Unlike a judge, a mediator has no power. He (or she) does not have the power to make any decisions in your life. (Unlike a judge, he doesn’t even have the power to make you attend the meetings.) That being the case, you are free to stand up and leave at any time. Thus, you do not have to worry whether your worst fears will be realized, or that the mediation will go in a direction that you do not like. Should that occur (and it very unlikely that it will), you are always free to terminate it. All that you have to do is stand up and leave.
The same is not true with an adversarial divorce proceeding, however. To be sure, you may have all of the power to start it. However, once it has begun, it takes on a life of its own. Moreover, rather than being the principal players, as you will be in divorce mediation, the two of you will be but bit players from the sidelines of the drama that you have set in motion.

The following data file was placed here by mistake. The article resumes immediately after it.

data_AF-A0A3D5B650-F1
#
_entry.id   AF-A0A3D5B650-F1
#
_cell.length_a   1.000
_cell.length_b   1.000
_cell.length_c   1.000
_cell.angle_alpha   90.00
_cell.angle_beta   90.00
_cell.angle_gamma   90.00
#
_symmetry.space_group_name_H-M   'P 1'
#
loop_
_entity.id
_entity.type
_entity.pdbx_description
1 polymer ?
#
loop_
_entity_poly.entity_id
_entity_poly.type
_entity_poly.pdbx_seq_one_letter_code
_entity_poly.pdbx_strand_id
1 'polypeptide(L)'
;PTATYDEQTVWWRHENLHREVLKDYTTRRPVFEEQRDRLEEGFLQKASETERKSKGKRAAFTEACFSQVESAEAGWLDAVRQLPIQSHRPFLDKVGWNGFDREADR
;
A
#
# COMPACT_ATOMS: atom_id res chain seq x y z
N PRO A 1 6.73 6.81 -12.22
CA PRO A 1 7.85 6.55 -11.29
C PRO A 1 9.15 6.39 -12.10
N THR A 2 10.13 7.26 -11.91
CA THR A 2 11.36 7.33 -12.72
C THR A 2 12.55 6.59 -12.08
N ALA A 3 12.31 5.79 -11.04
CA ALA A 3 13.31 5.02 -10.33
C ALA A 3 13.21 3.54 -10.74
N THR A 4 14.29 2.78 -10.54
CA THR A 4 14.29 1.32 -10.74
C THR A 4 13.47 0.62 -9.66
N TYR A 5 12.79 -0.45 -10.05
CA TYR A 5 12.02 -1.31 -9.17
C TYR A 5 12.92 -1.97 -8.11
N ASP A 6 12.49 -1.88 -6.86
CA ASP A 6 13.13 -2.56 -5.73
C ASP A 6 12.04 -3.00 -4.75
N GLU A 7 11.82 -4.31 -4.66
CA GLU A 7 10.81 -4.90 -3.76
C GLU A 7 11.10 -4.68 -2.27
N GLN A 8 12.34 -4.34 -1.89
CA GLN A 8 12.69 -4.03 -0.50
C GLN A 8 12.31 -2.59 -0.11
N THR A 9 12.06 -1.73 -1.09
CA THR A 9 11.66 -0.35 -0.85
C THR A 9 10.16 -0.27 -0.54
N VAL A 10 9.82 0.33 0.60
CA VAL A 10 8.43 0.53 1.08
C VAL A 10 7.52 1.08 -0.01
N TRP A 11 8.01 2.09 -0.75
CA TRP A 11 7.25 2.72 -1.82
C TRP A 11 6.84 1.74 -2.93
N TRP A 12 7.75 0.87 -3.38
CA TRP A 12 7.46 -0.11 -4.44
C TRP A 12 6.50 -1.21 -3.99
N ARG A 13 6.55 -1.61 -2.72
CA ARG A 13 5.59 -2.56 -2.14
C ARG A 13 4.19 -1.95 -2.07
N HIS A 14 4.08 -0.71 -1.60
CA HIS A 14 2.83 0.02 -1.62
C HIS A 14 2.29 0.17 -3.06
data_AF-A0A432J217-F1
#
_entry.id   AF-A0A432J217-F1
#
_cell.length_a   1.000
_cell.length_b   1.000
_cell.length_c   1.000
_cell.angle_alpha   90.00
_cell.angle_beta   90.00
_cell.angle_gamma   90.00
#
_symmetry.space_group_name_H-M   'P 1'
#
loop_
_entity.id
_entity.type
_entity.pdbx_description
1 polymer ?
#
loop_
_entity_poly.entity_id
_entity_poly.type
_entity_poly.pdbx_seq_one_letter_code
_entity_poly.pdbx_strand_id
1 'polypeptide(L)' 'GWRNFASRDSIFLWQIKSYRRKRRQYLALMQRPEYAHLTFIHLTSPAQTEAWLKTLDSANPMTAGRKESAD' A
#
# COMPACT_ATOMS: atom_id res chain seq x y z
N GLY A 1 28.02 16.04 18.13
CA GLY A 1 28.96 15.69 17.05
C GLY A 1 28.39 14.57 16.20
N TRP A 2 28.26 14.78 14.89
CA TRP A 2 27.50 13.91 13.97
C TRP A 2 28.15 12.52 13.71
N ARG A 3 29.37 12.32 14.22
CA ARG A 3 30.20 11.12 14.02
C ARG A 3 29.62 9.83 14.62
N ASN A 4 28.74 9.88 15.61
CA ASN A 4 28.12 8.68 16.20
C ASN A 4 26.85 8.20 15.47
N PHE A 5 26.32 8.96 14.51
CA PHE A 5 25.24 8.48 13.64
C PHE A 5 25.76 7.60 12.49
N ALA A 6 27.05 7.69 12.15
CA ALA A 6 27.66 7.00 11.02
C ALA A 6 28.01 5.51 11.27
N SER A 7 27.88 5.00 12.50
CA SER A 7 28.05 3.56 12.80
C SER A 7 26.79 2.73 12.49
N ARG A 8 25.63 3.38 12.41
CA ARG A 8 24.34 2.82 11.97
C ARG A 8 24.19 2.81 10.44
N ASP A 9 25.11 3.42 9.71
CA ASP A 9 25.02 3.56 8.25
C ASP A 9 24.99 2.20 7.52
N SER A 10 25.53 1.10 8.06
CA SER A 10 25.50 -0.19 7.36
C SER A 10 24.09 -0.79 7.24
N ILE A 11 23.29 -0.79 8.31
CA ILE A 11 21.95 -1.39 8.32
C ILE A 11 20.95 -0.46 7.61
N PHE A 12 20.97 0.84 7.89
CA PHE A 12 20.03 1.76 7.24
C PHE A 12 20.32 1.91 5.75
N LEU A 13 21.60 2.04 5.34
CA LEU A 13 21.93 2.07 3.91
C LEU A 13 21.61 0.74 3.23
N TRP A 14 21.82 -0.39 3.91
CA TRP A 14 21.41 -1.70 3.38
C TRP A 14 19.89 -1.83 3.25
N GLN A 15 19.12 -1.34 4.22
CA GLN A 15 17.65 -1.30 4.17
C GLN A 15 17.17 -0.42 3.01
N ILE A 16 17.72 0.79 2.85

As those who have turned to adversarial legal proceedings will tell you, you will literally have no control over those proceedings. On the contrary, it will become like a runaway train, and it will be almost impossible for either of you to stop it.
The question that you really should be asking yourself, therefore, is what you will do if you are not happy with the adversarial divorce proceedings that you have set in motion? Unfortunately, since you will have lost all control of those proceedings once you have started them, there is no answer to that question. That is very frightening.